kitchen table math, the sequel: 4/20/14 - 4/27/14

Saturday, April 26, 2014

Where's Waldo?

I've been skimming the various one-to-one computing initiatives because one-to-one computing is clearly on its way to Irvington.

The images are striking. Teachers are shown squatting behind or beside students (the one-to-one institute has a typical photo) or they are not shown at all.

Looking for teachers on one-to-one websites is like playing a game of Where's Waldo? without Waldo.

Friday, April 25, 2014

Good News in Minnesota

A small but growing number of schools in the Twin Cities metro are going in a good direction. Many are adopting Singapore's Primary Math or the Singapore based Math in Focus.

Independent schools are leading this newest wave. The Blake School went to Math in Focus in grades 1-5 and Primary Math's K program, in Fall 2013.  Minnehaha Academy is going to Math in Focus in Fall 2014 in K-5. Saint Paul Academy is going to Math in Focus in K-5 in Fall 2014. Mounds Park Academy is going to Singapore Math, some variety tbd, in K-5 in Fall 2014. Groves Academy is going to Primary Math in its lower school in Fall 2014. Parochial school Holy Family Academy went to Primary Math in Fall 2013. Providence Academy, a Catholic independent school, is going to Math in Focus in Fall 2014.

Some charters have already been on board, including Nova Classical Academy and Yinghua Academy.

Districts are switching as well. Eagan-Burnsville-Savage district and Robbinsdale district have moved to Math in Focus.

There is more work to do, but this is a great start.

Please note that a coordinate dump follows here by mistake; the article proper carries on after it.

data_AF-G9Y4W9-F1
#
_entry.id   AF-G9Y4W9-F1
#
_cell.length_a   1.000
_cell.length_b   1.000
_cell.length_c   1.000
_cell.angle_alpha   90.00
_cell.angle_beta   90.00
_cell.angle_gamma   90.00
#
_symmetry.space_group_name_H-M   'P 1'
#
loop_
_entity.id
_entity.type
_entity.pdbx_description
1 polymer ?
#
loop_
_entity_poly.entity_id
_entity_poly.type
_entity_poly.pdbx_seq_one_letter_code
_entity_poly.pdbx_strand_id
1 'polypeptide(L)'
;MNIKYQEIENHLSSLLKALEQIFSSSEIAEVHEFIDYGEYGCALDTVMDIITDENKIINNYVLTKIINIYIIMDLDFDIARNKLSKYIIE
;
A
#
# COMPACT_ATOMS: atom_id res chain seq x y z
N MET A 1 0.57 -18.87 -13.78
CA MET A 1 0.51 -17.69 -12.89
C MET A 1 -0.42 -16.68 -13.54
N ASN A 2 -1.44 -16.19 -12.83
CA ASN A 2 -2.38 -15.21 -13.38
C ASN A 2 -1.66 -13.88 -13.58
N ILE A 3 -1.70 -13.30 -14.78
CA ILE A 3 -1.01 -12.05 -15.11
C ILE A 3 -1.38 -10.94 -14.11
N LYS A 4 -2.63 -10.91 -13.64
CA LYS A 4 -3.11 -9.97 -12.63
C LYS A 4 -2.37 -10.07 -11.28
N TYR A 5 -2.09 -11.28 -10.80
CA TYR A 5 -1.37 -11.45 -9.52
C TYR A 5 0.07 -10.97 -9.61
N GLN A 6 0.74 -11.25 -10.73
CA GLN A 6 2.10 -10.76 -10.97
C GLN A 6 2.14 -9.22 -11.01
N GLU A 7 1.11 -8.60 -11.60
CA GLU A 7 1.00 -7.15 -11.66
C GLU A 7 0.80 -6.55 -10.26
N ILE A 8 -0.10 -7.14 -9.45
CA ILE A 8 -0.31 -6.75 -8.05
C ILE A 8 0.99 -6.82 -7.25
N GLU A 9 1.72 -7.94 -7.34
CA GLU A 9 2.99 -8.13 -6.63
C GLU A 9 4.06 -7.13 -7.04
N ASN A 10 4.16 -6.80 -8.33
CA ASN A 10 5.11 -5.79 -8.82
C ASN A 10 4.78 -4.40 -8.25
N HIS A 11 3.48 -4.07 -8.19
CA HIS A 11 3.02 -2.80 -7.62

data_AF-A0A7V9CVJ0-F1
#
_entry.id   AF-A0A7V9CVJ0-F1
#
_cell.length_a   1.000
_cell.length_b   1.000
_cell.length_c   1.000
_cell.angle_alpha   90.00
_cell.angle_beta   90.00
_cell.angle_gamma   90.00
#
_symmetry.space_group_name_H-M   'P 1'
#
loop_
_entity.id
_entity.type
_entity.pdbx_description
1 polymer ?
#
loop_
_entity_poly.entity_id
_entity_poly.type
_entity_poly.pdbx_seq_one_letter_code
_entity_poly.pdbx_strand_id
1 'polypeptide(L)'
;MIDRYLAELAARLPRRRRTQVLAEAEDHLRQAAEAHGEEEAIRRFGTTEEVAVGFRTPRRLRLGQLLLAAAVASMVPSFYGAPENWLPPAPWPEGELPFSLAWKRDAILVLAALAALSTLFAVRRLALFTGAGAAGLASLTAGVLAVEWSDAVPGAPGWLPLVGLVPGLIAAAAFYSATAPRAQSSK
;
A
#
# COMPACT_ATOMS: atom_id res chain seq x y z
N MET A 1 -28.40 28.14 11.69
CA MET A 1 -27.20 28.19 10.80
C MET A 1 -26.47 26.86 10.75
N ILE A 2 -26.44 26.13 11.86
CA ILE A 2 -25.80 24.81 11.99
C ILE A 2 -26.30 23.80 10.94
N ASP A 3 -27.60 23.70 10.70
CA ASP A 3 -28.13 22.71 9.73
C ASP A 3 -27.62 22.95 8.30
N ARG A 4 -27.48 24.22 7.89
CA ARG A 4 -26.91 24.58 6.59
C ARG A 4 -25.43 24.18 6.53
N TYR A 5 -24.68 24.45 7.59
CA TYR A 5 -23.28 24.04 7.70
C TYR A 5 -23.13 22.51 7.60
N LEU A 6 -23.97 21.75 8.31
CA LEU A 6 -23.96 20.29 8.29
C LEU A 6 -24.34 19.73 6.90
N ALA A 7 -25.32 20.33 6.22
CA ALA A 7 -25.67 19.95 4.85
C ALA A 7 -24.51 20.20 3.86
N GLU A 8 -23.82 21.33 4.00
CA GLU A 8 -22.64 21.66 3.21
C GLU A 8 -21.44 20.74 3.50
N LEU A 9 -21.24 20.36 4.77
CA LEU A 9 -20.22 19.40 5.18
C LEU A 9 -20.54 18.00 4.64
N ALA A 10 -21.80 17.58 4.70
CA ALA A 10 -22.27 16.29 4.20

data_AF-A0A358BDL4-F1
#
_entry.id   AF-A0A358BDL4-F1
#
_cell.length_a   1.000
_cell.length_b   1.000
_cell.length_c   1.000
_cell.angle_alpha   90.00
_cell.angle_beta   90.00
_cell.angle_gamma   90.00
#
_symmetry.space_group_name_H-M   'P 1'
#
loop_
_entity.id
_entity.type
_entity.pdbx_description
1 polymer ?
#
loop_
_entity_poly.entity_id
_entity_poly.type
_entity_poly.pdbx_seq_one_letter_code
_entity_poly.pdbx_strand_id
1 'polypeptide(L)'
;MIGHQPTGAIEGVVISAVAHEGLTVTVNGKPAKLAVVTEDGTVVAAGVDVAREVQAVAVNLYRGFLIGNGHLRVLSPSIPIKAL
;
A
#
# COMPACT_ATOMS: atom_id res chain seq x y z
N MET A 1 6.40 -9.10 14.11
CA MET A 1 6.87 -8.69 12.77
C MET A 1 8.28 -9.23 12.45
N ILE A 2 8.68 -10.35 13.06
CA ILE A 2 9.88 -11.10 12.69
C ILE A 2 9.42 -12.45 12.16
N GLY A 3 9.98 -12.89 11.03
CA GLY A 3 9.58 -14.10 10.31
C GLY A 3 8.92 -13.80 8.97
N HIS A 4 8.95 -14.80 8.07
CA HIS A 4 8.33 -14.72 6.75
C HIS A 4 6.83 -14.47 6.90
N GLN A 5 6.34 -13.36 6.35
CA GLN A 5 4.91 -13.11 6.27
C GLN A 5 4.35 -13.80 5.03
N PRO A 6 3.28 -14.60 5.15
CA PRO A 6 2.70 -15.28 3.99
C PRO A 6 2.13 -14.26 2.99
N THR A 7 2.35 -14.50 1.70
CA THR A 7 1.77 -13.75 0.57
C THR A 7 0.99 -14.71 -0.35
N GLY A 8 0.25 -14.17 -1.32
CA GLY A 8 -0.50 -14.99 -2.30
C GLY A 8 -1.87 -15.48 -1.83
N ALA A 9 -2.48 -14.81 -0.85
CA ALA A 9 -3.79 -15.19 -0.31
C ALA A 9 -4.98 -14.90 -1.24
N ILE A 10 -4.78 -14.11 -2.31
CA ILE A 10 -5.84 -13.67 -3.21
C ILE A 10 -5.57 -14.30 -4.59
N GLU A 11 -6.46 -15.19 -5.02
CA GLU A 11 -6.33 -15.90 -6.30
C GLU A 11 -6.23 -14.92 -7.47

Thursday, April 24, 2014

Illinois Teacher of the Year

"Teachers are needed more than ever, but in a very different capacity. We are no longer providing answers. We're providing the questions and the tools to find the answers."
-- Josh Stumpenhorst, 2012 Illinois Teacher of the Year

Quoted by David Ginsburg in R.I.P. Sage on the Stage
Here's my question.

Are parents going to get wind of this any time soon?

This winter my district issued a newsletter extolling the wonders of flipped classrooms and announcing, twice on one page, that the district is 'student-centered.'

So there it is, in black-and-white: flipped classrooms are 'student-centered,' and the retiring curriculum director, who is responsible for the existence of flipped classrooms in my district (& is returning to her position as principle of the 4-5 school) is 'child-centered.'

If I had to guess, I'd say no more than a third of parents here would choose progressive education over traditional, given the choice. The number who believe teachers should not be sages on stages would be even smaller. Unfortunately, the only people in town who know what "student-centered" means--apart from school personnel--are Ed and me. Pretty much.

Will there come a point where parents know what the words their administrators use actually mean?